We heart Cebu

OK, this is quite a late reply, but I just want to put some “closure” to the questions about a previous article we wrote.

I kinda knew we’d get a lot of reaction from our March-April issue with the “Best Places to Live” article. It makes me regret we didn’t make that our main story. Even mayors, vice-mayors, and city administrators gave their own comments about it. We’ve seen blogs and online forums discussing it. And that post about the article got the most comments.

If I may sum up the comments, here they are:

1. Those from Bacolod, Iloilo, Davao, and other higher-ranked cities agreed with us
2. Those from Cebu (which was ranked low at no. 20 said we suck

Of course those who said we suck didn’t bother to read the article and the editor’s note. Personally, I love Cebu. My brother-in-law is a Cebuano based in Cebu. My sister and nephew are now in Cebu. I’ve been to Cebu a couple of times and I love it there. I think it should be in the top 10, maybe even top 5.

I also think Tagaytay, Antipolo, and maybe Sta. Rosa Laguna should be in the list. They’re not.

But like what was explained in the magazine, we based the ranking on existing surveys from AIM and the UNDP. They did the actual research, legwork, and analysis. Some cities were excluded from the survey. Others were simply ranked very low.

As for your (and my beloved, ahem) Cebu, sorry, AIM ranked it very low in infrastructure and relatively low in the other criteria we adopted. AIM’s previous survey ranked Cebu very high. When it did the most recent survey, Cebu dropped in its ratings. Even AIM sheepishly explained Cebu remains a top investment destination. Here’s an analysis on the survey taken from here:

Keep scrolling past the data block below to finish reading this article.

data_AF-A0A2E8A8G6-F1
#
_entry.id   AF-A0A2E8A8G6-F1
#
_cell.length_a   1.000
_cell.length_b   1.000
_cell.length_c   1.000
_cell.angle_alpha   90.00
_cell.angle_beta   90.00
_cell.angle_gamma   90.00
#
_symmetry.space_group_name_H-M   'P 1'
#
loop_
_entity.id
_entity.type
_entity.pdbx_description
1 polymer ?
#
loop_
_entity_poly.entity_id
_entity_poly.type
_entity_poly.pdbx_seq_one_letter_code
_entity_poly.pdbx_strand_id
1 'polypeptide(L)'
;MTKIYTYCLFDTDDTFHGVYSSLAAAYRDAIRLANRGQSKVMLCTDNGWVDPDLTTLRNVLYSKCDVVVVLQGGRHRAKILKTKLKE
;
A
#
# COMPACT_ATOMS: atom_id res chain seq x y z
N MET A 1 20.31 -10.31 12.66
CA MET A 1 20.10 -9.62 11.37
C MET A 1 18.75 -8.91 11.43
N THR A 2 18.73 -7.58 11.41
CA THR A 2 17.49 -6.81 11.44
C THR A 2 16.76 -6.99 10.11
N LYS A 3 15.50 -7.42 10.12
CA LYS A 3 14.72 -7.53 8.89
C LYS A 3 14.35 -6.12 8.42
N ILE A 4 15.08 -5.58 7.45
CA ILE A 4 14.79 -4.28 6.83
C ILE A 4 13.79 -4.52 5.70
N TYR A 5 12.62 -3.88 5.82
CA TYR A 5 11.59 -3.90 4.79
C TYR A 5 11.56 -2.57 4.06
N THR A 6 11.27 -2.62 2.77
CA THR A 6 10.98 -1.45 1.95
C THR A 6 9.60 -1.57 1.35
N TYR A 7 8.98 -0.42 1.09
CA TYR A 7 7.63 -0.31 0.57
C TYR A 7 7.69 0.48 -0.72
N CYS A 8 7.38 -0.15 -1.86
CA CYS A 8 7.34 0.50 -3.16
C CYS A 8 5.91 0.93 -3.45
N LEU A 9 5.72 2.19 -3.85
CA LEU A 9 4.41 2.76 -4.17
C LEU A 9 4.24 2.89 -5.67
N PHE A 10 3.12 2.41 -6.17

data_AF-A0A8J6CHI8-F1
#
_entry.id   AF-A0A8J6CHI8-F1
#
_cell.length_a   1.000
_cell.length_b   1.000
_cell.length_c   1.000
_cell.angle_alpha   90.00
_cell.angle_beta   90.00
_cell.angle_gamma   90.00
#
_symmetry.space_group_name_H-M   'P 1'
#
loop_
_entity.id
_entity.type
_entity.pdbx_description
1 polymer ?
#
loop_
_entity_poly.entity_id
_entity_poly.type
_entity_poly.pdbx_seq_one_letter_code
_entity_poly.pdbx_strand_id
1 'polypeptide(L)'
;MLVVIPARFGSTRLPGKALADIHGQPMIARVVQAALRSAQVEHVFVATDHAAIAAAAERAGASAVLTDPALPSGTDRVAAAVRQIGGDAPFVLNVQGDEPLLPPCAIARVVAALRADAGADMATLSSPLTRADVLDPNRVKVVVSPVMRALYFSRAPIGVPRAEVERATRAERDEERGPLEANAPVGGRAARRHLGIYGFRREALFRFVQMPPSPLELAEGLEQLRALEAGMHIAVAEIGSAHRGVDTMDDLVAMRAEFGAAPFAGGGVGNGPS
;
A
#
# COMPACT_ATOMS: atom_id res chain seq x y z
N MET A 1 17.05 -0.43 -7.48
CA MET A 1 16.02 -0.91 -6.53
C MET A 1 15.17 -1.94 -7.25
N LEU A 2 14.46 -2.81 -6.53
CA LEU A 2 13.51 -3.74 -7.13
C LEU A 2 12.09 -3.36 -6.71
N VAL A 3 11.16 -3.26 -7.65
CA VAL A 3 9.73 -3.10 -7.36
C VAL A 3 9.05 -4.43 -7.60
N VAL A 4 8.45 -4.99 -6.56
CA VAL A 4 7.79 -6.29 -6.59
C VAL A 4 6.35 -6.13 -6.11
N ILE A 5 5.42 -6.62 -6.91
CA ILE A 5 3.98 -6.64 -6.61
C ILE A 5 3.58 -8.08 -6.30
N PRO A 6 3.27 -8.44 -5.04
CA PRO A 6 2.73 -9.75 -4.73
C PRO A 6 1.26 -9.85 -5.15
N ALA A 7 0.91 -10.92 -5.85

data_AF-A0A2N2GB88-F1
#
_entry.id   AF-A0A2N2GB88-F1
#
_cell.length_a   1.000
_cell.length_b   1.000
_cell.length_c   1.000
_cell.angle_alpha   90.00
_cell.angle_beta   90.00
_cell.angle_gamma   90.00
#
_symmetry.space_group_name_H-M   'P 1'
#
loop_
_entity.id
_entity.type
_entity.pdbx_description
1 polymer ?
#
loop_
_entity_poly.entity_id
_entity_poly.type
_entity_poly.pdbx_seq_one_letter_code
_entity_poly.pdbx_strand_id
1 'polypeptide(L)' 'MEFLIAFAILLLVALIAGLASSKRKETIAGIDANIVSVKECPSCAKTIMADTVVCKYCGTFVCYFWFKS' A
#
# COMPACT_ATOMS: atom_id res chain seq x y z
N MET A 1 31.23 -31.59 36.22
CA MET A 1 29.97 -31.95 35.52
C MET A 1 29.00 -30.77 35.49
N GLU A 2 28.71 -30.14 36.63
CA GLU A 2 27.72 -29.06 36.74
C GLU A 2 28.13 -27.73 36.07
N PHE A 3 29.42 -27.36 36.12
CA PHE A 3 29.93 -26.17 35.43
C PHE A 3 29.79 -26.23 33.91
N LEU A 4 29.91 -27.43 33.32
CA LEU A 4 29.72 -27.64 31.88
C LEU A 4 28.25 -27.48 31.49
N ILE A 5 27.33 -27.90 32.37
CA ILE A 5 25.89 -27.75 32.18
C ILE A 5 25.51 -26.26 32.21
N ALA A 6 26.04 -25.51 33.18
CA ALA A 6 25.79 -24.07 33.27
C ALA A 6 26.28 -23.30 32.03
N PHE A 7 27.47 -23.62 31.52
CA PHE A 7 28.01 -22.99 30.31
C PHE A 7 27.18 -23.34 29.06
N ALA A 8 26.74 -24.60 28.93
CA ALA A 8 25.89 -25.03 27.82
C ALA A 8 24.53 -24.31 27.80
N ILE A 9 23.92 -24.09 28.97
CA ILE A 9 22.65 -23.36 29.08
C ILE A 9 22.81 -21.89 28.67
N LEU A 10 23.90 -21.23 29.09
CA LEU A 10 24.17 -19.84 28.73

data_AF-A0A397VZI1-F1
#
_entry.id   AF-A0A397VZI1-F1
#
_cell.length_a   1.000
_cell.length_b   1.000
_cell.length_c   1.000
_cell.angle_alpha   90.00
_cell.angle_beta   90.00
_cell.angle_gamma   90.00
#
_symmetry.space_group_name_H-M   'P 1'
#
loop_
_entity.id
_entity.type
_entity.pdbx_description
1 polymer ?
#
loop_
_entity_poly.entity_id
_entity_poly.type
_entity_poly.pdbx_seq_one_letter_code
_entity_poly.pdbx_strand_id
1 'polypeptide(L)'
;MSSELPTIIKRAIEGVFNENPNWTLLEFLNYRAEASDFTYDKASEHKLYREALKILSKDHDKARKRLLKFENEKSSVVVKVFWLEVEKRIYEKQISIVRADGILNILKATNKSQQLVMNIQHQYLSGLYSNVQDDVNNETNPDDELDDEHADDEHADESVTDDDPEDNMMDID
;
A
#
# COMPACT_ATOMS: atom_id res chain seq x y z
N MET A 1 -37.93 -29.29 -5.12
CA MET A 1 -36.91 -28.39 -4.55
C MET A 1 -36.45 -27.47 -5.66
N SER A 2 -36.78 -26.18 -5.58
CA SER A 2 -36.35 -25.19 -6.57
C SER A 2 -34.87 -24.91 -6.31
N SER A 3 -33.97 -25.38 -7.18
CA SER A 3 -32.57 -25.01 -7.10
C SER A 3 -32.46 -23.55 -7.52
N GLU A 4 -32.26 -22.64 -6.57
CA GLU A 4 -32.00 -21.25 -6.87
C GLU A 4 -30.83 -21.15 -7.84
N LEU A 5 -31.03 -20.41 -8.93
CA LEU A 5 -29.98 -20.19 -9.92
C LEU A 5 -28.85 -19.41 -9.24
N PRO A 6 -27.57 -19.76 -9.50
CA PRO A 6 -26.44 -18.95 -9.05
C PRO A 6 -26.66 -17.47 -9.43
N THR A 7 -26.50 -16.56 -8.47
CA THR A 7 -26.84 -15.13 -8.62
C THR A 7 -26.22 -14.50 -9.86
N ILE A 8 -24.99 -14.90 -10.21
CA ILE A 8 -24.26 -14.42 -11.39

Directly relating with the Asian Institute of Management (AIM) survey, the Institute for Development and Econometric Analysis Inc. (IDEA) analyzed that Cebu City’s fast growth has resulted in an irony of sorts as the Queen City of the South slipped below the top five most competitive cities in the country last year, losing its former spot to Davao City. Veteran economist Cayetano Paderanga, Jr., head of the team, stated that the city’s ranking suggests that businessmen continues to have “anxieties” about “congestion in roads, water and others.” He also stated that concerned local governments must invest in needed infrastructure to address issues raised by the business sector. Despite the setback however, Paderanga declares that “Cebu is still a fast-growing city,” and that its speedy growth led to economic development overtaking the city’s infrastructure. In the AIM survey, Davao City replaced Cebu City in the top five most competitive metro cities in the country. The other four are Las Piñas, Makati, Marikina, and Muntinlupa. Cebu City finished last of 12 metro cities in terms of infrastructure but landed first of the same 12 cities surveyed in terms of linkages and accessibility.

So, we did not use personal opinion to come up with the ranking (if we did, Cebu would be ranked high). We did not do an informal poll where anyone can vote. We based it on a survey conducted by a reputable institution answered by the very residents and business owners in the cities surveyed. In other words, Cebuanos rated Cebu.

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